Genevieve Vieira
2 minute read
5 Sep 2013
6:00 am

Truth be told

Genevieve Vieira

Music-making is a personal endeavour; one that digs deep into a songwriter's soul and captures even the simplest of emotions, intended or not.

This is why, when musicians write their own songs, their music comes across as particularly personal, including a key element of rawness. It doesn’t have the same banality heard on most commercial platforms, which are written according to a particular formula; created to stick and consequently sell.

With more people searching for something extra; something moving and emotive in the ever-growing mass of content, music platforms have picked up on the “personality” concept, with solo singer-songwriters who keep their musical compositions simple being the “in” thing.



Wanting to play on this concept while still setting themselves apart from their peers, Wolftown, a three-piece from Cape Town, have captured a new sort of expression through their honest writing.

“Our music is emotionally hefty, which is what is always so attractive about singer-songwriters,” says singer Sarah Pope. “We offer that same emotional content in our music, while still being a band.”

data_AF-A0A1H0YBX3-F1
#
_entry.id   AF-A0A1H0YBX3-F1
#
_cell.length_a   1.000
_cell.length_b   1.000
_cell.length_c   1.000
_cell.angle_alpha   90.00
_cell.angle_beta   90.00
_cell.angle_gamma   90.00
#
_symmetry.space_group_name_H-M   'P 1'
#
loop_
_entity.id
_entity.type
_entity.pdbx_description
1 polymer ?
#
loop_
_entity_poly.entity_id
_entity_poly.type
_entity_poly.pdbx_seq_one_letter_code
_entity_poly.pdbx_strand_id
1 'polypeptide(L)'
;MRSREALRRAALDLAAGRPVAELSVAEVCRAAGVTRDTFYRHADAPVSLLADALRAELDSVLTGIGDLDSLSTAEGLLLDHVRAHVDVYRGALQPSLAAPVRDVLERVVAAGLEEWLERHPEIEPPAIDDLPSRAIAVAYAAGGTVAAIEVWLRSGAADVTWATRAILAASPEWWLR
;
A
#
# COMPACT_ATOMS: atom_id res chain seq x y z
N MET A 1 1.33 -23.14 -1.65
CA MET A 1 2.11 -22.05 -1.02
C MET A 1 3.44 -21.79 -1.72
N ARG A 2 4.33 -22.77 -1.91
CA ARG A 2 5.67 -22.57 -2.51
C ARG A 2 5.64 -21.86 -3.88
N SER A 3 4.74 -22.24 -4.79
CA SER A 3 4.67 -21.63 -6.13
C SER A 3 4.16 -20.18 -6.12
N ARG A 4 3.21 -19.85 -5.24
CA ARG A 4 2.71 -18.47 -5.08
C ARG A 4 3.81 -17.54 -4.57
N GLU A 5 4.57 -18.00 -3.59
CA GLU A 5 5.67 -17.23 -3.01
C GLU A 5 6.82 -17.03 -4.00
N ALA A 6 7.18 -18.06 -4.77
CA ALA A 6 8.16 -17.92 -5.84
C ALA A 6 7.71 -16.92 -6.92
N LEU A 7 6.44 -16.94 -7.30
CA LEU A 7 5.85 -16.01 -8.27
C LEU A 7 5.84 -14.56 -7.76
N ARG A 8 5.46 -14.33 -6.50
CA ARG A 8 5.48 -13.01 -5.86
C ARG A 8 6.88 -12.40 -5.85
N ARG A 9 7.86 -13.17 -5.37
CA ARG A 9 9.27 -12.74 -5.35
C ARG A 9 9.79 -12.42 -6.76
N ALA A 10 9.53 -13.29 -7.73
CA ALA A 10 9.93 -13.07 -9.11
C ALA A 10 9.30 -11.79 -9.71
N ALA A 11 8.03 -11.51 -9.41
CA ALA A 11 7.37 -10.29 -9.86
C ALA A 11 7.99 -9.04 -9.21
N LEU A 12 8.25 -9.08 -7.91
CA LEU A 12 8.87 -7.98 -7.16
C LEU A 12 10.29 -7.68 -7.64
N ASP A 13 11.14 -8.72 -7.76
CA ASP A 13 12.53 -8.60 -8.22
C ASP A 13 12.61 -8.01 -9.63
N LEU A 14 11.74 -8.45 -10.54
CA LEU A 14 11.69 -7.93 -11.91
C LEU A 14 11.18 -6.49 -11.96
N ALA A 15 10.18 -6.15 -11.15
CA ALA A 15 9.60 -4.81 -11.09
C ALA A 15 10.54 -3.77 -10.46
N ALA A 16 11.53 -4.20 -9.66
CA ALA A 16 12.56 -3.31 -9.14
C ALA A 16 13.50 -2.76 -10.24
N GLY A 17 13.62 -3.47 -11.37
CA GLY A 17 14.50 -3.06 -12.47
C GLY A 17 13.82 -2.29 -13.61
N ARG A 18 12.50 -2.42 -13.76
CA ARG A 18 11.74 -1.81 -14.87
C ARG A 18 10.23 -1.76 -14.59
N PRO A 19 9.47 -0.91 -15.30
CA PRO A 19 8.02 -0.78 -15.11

The trio, who met through family friends a few years back, immediately began jamming together and have been ever since. They are rebellious, intriguing and raw. Weaving together their experiences of loves and losses, hopes and fears, and wants and dreams, it’s difficult to ignore the gravititional pull in their songs, enhanced by Pope’s deep, raspy voice.

“I was always obsessed with music from a young age,” the singer says. “But I never knew that I could sing. I picked up a guitar late in high school and taught myself how to play by watching music videos on MTV.

Even then, it was still a secret dream. I tried out for the choir at school and they told me: ‘Never!’, so I thought the same for a long time. Eventually, my mates got me on stage at an open mic night when I was 21, and I haven’t looked back since. I knew right then and there I wanted to be a musician.”

Sarah, who suffers from a mild case of Obsessive Compulsive Disorder, is always having to triple-check that electrical appliances have been switched off. She says its great being the only girl in the band. “The boys are really protective of me and we’ve formed our own little family,” explains Pope.




“Of course we have our disagreements and argue about whose turn it is to make coffee, but at the end of the day, we’re so focused on making music that it only brings us closer.”

With wolves symbolising unity and toughness, the name Wolftown is a mere representation of the outfit’s hopes and dreams as a band – their take is that the name is “powerful and dominant while also lending itself to a sense of mystery and grace”.